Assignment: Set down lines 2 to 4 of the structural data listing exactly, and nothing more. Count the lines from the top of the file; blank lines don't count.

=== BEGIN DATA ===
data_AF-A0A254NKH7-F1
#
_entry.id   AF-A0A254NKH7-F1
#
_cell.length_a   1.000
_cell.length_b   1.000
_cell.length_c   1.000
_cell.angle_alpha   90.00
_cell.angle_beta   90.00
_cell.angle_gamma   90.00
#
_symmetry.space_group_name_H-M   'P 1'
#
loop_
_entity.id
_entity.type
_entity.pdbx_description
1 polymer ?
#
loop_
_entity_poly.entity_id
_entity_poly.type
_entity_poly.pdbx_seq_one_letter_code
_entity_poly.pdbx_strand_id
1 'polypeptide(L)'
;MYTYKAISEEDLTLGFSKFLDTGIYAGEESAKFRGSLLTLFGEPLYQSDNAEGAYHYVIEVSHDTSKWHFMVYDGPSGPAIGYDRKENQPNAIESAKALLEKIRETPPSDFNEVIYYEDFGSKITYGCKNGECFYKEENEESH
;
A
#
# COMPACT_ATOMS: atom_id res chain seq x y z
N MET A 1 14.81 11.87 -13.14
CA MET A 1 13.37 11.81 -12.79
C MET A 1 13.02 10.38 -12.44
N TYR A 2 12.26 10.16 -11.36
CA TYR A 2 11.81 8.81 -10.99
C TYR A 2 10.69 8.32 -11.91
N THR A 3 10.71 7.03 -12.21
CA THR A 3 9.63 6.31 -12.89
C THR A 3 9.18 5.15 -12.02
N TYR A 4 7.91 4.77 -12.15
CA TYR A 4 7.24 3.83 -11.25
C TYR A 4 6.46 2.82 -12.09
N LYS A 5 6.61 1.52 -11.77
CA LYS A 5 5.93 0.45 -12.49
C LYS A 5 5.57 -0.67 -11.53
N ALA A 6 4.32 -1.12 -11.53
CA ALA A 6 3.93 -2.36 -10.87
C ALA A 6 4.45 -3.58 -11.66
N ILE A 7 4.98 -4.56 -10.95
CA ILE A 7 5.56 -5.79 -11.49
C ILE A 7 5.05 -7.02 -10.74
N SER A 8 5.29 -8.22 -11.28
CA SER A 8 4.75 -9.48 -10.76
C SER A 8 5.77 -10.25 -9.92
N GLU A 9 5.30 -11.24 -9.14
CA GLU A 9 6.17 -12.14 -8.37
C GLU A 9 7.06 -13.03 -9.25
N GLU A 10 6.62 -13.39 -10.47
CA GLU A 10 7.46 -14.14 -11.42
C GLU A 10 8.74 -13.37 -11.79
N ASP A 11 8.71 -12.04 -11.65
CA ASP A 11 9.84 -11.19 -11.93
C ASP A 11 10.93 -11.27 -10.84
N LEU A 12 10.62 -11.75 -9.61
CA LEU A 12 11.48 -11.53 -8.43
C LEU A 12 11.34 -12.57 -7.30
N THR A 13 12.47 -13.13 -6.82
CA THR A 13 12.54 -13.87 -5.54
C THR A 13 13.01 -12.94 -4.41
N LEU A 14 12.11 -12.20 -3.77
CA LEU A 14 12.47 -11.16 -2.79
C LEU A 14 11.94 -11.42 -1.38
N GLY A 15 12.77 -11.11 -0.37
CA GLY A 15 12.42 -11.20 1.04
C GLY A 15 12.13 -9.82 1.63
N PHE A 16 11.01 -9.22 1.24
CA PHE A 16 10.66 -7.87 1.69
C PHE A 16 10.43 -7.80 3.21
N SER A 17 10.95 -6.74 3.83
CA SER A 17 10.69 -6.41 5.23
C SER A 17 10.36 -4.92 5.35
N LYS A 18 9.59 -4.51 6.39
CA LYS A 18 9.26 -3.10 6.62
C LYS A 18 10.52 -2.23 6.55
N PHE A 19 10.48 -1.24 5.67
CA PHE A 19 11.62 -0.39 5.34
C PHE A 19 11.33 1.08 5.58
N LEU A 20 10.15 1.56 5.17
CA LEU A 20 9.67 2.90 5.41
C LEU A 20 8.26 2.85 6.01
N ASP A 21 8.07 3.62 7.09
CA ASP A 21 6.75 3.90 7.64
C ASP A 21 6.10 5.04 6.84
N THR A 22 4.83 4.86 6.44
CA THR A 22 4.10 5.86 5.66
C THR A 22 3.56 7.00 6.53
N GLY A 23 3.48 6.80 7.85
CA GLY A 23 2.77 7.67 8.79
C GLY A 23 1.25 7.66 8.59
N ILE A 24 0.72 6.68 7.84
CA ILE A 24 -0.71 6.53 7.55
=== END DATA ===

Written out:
#
_entry.id   AF-A0A254NKH7-F1
#